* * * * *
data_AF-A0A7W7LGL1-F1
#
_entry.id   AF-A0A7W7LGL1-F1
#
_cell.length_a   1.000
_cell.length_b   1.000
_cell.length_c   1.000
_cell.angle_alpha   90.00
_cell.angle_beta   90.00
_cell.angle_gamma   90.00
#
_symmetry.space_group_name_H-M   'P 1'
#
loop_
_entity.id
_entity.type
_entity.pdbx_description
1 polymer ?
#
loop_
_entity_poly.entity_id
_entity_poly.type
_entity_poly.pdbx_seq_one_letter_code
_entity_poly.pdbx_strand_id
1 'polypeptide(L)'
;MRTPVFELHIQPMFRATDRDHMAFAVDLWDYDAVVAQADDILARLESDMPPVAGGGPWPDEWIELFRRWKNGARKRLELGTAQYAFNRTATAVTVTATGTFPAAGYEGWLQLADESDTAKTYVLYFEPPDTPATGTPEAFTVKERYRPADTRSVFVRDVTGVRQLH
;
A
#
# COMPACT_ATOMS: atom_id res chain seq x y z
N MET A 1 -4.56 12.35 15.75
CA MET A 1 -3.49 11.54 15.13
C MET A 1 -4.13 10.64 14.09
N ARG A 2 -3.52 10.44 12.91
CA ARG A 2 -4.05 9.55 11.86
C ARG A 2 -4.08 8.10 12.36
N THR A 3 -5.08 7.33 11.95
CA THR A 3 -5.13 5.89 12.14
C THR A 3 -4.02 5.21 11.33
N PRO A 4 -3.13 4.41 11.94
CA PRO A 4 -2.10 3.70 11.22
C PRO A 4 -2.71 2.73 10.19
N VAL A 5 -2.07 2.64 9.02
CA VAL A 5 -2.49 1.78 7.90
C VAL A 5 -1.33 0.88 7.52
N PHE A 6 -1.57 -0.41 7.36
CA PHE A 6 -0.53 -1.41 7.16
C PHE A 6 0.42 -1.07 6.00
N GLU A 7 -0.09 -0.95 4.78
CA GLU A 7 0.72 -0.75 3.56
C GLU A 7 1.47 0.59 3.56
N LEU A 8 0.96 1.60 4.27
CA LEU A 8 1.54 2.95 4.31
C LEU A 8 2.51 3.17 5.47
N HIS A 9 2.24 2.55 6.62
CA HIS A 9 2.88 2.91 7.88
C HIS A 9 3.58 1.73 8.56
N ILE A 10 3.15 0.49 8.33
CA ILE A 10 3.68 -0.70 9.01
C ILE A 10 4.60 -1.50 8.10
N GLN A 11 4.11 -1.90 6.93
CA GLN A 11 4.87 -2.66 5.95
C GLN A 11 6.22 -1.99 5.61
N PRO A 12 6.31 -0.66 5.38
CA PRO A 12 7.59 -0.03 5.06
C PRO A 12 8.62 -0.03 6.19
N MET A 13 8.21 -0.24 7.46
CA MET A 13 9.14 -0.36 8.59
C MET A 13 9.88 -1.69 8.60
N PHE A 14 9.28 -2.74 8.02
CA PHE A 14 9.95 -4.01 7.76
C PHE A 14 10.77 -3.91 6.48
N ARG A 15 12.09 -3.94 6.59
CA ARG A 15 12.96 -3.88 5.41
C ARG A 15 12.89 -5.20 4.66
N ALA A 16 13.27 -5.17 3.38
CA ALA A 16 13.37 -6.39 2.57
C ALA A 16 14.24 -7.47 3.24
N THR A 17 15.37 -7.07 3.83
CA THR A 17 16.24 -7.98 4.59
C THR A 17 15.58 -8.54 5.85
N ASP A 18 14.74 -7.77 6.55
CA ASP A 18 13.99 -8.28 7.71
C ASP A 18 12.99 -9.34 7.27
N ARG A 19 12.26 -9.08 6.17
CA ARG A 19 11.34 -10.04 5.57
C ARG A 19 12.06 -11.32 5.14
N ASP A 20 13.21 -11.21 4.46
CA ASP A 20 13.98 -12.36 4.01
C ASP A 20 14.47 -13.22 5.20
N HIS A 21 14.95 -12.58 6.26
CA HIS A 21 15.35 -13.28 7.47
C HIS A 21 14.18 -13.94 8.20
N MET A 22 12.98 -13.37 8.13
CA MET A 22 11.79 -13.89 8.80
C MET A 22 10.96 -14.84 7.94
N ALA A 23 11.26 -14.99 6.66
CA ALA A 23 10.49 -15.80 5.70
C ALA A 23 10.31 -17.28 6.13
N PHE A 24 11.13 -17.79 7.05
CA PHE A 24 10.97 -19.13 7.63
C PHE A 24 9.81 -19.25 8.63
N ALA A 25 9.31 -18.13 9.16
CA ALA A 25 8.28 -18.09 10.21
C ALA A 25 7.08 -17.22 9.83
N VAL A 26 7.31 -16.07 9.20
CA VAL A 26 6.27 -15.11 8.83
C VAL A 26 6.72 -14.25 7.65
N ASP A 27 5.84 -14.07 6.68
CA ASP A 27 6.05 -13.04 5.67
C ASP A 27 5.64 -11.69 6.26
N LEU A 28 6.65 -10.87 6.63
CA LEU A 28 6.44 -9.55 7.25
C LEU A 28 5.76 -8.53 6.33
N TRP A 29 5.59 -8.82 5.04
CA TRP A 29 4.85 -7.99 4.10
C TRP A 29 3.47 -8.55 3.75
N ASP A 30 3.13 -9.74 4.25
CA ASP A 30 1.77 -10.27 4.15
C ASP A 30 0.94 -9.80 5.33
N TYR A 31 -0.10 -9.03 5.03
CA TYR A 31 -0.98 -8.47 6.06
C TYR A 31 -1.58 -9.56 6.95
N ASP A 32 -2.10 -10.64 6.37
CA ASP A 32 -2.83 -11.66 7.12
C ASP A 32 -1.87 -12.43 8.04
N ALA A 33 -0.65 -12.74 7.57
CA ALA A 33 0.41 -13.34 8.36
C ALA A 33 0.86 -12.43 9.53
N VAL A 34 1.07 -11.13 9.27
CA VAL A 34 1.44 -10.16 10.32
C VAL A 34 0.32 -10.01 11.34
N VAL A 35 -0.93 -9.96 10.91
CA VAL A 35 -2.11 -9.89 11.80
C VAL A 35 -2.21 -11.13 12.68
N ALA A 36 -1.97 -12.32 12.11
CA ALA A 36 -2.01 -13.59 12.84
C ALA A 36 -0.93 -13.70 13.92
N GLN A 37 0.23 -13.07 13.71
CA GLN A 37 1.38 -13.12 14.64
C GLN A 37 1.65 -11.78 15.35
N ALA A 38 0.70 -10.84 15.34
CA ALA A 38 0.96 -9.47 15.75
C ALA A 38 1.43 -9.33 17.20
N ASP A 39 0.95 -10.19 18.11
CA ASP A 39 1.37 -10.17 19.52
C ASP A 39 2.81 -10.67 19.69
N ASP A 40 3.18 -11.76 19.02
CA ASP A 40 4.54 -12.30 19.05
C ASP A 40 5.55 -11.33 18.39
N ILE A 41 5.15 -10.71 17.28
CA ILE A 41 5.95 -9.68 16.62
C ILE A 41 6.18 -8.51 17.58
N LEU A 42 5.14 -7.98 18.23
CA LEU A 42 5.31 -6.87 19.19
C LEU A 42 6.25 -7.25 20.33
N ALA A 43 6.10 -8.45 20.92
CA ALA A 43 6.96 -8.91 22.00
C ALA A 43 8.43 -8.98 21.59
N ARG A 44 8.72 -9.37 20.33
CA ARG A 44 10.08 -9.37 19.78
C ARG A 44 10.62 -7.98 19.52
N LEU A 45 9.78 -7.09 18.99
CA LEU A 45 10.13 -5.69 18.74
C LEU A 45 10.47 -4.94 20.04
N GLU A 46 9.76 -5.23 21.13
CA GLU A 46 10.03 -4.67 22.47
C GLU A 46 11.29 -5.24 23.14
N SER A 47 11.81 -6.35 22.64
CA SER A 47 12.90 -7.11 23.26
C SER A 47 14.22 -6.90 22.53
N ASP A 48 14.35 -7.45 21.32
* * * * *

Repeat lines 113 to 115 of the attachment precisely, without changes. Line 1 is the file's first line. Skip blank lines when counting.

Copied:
CA LEU A 28 6.44 -9.55 7.25
C LEU A 28 5.76 -8.53 6.33
N TRP A 29 5.59 -8.82 5.04